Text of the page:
• One benefit of the transmitter 158 is that a signal representative of pressure data may be sent to a remote display device located in the operating room. The remote display device may then be placed away from the insertion site, thereby allowing a user of the inflation device a clear view of any stress being placed on the insertion site by a catheter or pressurization line. The remote display device may be located so as to not block access to the insertion site by surgical staff. Also, the remote display device may be located so as to be clearly visible to other surgical staff. This may allow multiple individuals to be aware of the pressure conditions of a medical device within the patient. This knowledge may in turn assist surgical staff to work as a team instead of waiting for instructions from the user of the inflation device.
  • The remote display may comprise a portable display. Any exemplary references herein to a portable display may be applied to any remote display, for example, desktop computers, fixed display screens, tablet computers, portable display screens, and so forth.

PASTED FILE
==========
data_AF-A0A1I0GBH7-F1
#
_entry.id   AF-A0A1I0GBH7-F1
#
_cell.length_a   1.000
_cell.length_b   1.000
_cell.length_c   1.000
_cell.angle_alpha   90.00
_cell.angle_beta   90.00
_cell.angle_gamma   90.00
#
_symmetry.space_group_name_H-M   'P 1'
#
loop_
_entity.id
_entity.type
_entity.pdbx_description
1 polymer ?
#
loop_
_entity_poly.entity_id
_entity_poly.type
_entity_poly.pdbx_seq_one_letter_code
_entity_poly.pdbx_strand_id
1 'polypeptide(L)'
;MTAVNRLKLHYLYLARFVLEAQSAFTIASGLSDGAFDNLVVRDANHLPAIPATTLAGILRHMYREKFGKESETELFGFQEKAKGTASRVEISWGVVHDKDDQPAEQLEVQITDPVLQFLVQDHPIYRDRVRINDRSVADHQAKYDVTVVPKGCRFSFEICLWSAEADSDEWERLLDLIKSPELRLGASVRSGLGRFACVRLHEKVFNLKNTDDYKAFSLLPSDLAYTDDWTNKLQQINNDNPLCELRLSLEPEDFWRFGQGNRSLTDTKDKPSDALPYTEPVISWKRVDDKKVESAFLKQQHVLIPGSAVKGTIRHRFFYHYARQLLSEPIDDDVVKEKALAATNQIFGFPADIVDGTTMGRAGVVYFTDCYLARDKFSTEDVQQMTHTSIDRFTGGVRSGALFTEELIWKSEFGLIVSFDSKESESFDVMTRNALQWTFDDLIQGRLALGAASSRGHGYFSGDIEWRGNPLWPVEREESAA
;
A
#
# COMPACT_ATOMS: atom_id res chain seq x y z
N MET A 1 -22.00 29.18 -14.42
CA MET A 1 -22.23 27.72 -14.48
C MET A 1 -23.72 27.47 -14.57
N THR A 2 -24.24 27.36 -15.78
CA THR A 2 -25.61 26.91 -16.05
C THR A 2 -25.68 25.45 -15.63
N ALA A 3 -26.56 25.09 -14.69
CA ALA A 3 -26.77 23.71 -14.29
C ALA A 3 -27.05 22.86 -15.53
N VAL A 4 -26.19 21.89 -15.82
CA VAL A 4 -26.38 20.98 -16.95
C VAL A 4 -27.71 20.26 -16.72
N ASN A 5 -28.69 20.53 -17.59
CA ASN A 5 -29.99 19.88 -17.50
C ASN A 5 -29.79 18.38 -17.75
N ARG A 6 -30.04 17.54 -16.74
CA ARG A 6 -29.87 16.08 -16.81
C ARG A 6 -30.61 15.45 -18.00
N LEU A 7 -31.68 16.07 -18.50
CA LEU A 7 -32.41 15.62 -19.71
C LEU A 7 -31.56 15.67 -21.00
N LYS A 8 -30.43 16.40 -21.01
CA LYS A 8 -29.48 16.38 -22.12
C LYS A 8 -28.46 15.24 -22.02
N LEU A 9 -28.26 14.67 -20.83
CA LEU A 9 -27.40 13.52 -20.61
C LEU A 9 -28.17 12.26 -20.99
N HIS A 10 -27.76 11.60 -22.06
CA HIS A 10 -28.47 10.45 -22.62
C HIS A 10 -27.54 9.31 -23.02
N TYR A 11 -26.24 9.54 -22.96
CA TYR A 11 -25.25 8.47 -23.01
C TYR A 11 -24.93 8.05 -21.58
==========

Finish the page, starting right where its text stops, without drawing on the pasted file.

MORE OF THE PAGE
• The syringe body 112 may be formed of a generally cylindrical hollow tube configured to receive the plunger 120. The syringe body 112 may include an inlet/outlet port 115 located adjacent the distal end 114 of the syringe body 112. In some embodiments, a coupling member 118 is coupled to the syringe body 112 adjacent the proximal end 113 of the syringe body 112. The coupling member 118 may include a center hole configured to allow the plunger 120 to pass through the coupling member 118 into the syringe body 112. Further, the coupling member 118 may include coupling member threads 119 (FIG. 2) configured to selectively couple the coupling member 118 to the plunger 120.